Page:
Where sample management meets electronic lab notebook



Current Articles | RSS Feed

Permissions and sharing in the electronic lab notebook eCAT III: Setting up a project for multiple members of the group

Posted by Rory on August 23rd, 2010 @ 7:00 am

In the previous post and the one before that I covered the basics of the eCAT permissions system and explained how simple permissions work for individual eCAT users.  In this post I’m going to explain how you can set up a Project that multiple members of the lab can work on.  Again we will follow Sarah.  Only this time Sarah is not setting up an experiment  for herself, she is setting up a Project that will be worked on by some and possibly all other members of the lab.

To facilitate this, she sets the scene by not creating a new record directly from the Dashboard.  As we discoverd last time, when she does that the record goes directly into her personal user folder.  Instead she clicks on the Records tab and then on the Projects folder.  Then she clicks Create new, and selects Project.  And this time the project she creates (we’ll call it Group project) appears under the Projects folder.

To set the permissions for Group project, Sarah clicks on Sharing in the menu on the left.  This time she wants to access the full sharing settings, so when the Simple sharing screen appears

Sarah clicks on the ‘here’ link in the text at the top and accesses the full sharing screen for Group project:

This time by default Sarah has a full set of permissions for this record, and no other user — or group of users — has any permissions.  Sarah can then set whatever permissions she wants for each invidividual user.  Perhaps everone in the group will be given view permission, so they can all follow the progress of the project, and active participants will be given edit permission, but only Sarah, as the person managing the project, will have delete and sharing permission.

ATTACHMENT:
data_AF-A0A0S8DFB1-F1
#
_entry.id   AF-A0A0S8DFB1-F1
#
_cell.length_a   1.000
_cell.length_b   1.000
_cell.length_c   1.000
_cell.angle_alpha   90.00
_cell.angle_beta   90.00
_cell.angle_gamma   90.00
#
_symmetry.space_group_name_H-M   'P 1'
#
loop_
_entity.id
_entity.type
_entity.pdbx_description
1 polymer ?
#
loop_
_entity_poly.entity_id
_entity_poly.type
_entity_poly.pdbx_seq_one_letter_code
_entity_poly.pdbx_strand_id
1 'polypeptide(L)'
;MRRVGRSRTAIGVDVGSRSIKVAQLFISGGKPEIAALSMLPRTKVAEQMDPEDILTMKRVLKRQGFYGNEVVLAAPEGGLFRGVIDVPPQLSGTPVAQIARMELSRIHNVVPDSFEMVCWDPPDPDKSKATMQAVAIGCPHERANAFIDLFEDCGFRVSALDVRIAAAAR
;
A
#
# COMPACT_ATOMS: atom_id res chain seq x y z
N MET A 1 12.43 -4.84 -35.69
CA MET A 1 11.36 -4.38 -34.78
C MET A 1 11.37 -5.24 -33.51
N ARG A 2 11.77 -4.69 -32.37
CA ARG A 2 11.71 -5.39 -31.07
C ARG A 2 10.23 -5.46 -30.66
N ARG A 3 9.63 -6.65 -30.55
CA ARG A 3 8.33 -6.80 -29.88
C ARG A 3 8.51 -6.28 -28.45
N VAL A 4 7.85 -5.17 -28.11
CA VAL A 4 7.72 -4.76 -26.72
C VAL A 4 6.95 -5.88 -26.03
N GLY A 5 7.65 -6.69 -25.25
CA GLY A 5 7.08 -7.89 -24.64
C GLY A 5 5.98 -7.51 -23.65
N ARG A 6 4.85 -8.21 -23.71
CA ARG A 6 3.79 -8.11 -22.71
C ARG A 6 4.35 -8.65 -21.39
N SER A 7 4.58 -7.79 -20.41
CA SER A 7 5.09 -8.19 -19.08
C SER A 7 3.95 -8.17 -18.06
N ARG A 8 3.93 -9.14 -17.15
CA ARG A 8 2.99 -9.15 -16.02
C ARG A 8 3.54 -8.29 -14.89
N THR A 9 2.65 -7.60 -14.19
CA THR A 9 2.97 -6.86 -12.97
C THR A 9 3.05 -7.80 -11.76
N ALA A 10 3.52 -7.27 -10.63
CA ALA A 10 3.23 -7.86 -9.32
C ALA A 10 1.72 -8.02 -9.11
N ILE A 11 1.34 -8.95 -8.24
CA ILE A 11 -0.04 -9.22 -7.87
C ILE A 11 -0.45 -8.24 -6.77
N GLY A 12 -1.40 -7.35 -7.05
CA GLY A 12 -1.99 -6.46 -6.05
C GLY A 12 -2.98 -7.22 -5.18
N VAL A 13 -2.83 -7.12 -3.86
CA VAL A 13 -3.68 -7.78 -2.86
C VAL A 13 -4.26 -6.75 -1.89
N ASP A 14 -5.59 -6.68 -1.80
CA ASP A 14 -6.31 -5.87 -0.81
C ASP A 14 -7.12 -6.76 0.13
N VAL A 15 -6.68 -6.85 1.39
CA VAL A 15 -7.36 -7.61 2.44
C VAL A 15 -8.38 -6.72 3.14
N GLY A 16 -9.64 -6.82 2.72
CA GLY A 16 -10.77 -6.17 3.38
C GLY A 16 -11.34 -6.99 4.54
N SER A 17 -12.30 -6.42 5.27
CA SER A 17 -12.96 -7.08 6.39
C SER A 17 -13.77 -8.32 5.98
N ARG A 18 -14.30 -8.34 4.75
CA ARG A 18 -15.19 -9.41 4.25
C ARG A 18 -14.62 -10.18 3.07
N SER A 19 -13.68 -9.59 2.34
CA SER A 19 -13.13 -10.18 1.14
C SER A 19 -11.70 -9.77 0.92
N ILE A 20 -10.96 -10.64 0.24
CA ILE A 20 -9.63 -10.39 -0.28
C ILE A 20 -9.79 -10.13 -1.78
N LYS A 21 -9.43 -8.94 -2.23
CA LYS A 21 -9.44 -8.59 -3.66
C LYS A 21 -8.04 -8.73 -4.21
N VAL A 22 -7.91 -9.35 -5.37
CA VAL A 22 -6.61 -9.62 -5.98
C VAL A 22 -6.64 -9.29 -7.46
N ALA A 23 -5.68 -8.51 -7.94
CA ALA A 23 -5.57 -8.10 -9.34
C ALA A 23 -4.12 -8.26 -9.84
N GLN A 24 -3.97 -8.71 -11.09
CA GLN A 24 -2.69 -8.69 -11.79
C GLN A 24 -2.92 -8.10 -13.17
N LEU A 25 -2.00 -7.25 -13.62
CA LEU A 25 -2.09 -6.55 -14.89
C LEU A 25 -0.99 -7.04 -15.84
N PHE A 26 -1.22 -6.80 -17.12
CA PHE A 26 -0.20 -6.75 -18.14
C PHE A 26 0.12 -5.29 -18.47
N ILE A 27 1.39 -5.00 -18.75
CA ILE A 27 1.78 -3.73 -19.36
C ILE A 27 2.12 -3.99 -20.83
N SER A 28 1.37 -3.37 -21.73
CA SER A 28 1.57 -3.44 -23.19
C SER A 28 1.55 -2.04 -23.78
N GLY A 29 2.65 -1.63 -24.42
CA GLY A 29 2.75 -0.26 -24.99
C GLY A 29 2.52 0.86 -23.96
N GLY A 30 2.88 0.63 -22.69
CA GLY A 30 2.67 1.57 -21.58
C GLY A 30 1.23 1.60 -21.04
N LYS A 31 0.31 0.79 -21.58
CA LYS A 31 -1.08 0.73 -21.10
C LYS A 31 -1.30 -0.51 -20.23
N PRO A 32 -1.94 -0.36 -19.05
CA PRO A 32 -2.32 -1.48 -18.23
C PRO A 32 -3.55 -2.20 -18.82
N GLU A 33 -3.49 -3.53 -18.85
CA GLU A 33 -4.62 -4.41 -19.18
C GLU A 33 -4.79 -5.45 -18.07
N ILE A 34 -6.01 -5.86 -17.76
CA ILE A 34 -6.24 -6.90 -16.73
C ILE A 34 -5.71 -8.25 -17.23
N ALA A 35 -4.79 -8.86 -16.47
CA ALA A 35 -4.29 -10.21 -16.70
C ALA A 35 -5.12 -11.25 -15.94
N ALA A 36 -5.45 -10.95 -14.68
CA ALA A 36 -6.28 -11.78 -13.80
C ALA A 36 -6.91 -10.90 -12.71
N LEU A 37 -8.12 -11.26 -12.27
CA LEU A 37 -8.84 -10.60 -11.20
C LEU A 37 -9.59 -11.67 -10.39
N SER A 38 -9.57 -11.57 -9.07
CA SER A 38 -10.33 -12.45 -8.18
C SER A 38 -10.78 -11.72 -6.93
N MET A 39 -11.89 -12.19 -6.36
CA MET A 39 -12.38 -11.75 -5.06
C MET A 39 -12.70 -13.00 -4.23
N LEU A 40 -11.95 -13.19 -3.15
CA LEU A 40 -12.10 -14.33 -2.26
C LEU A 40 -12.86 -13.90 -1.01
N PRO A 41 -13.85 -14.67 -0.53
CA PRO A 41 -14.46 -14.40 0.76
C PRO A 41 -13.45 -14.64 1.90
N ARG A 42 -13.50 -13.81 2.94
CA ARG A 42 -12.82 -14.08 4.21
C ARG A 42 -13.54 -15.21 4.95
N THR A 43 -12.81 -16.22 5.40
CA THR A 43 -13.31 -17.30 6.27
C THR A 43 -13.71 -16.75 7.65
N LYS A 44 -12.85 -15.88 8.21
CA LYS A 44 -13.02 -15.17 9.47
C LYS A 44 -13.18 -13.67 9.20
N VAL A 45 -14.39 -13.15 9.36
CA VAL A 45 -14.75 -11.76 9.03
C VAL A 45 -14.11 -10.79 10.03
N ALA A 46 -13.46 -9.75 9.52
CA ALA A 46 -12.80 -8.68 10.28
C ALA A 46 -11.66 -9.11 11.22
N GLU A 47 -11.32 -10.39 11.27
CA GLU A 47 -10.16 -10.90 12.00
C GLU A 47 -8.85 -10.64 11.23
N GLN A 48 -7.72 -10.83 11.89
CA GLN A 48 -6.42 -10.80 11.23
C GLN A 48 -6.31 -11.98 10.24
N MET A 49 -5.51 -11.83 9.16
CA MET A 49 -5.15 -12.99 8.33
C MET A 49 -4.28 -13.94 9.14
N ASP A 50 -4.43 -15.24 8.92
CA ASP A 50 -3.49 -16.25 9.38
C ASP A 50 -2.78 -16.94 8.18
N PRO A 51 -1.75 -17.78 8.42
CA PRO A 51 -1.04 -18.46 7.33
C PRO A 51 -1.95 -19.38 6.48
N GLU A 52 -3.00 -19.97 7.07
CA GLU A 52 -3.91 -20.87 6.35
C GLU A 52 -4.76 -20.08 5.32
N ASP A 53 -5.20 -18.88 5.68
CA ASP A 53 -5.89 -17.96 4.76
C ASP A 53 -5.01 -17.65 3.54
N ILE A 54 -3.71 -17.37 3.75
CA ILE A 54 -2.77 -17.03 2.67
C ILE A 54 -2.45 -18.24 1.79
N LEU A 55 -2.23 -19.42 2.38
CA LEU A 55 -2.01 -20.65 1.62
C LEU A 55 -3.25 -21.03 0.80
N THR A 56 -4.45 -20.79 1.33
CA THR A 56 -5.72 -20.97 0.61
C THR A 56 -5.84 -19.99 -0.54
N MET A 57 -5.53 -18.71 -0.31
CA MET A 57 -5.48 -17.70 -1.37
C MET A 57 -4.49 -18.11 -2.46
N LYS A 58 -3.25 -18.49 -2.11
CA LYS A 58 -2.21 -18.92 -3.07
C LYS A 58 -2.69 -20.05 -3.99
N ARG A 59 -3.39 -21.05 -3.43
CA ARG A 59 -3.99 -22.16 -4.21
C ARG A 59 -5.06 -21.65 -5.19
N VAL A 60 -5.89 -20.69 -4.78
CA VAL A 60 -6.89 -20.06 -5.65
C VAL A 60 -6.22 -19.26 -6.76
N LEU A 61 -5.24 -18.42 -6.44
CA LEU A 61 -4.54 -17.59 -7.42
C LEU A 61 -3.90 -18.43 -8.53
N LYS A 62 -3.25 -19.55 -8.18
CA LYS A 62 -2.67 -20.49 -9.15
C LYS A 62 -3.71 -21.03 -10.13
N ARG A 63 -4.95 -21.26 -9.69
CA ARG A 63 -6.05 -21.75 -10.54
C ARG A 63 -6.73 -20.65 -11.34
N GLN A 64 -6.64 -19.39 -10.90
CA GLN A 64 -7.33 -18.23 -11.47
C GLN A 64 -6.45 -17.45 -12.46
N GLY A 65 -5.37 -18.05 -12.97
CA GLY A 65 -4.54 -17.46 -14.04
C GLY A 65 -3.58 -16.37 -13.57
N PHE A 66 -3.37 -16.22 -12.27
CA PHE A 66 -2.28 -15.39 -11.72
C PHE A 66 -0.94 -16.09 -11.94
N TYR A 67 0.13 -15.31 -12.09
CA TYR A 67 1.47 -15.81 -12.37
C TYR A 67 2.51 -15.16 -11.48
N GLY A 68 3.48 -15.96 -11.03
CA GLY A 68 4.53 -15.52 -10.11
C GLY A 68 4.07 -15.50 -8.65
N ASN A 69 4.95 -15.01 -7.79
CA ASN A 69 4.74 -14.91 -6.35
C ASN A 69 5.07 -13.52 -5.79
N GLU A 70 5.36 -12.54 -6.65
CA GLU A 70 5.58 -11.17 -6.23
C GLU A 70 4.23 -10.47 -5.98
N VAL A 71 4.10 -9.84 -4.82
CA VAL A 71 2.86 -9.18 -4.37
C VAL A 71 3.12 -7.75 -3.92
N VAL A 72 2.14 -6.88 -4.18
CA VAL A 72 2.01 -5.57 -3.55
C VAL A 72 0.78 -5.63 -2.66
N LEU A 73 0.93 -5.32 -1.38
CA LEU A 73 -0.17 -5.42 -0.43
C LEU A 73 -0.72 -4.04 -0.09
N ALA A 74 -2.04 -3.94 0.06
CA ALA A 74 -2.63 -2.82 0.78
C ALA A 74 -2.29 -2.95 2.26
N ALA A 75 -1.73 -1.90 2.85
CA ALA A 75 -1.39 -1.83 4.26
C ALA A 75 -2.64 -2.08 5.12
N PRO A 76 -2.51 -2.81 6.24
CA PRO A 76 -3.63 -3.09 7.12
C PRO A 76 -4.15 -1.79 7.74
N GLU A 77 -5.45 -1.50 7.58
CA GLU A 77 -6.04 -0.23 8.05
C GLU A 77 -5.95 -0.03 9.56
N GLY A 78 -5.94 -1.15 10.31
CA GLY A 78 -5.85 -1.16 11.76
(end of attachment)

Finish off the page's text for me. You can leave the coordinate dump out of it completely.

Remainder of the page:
Since child records inherit the permissions of their parent, all the records that are created in this Project, e.g. experiments, antibodies, protocols, etc., will automatically have the same permissions as the ones Sarah set on the original Group project record.  That keeps things from getting confused.  But if Sarah — and only Sarah because in this case she has only given herself permission to set sharing permission — decides that it’s useful for any particular record that is created under Group Project to have a different set of permissions, then she can reset the permissions for that particular record.

So that’s it!  A quick overview of how to get started creating records in eCAT for your own use and for use by a group, and how to set permissions for those records.

Adding structure to your research with databases in the electronic lab notebook eCAT

Posted by Rory on August 2nd, 2010 @ 7:00 am

In the last post I talked about various ways of making use of templates in eCAT.  In this post I’d like to touch on a way in which you can add another layer of structure to research data in eCAT — databases.

eCAT makes it easy to construct databases — this happens automatically when you add links between records.  eCAT comes preloaded with three example databases.  Let’s take a brief look at two of them to get an idea of the kinds of databases you might want to create in eCAT.

The first example

shows how a series of records can be linked togethe rin eCAT  to manage inventory.  Each of the items in green represents a different class of record in eCAT.  Boxes (Freezer, Shipping) contain bidirectional links to the items stored in them, in this case Antibodies. Freezer Boxes also are linked to their storage container, in this case Freezer. The Shipping Box class is not contained in a Freezer, but does have a link to an external Internet URL – the tracking website for the courier company. This database comes with built-in documentation in records of class Documentation Page, which contain links to all the different classes used in the database.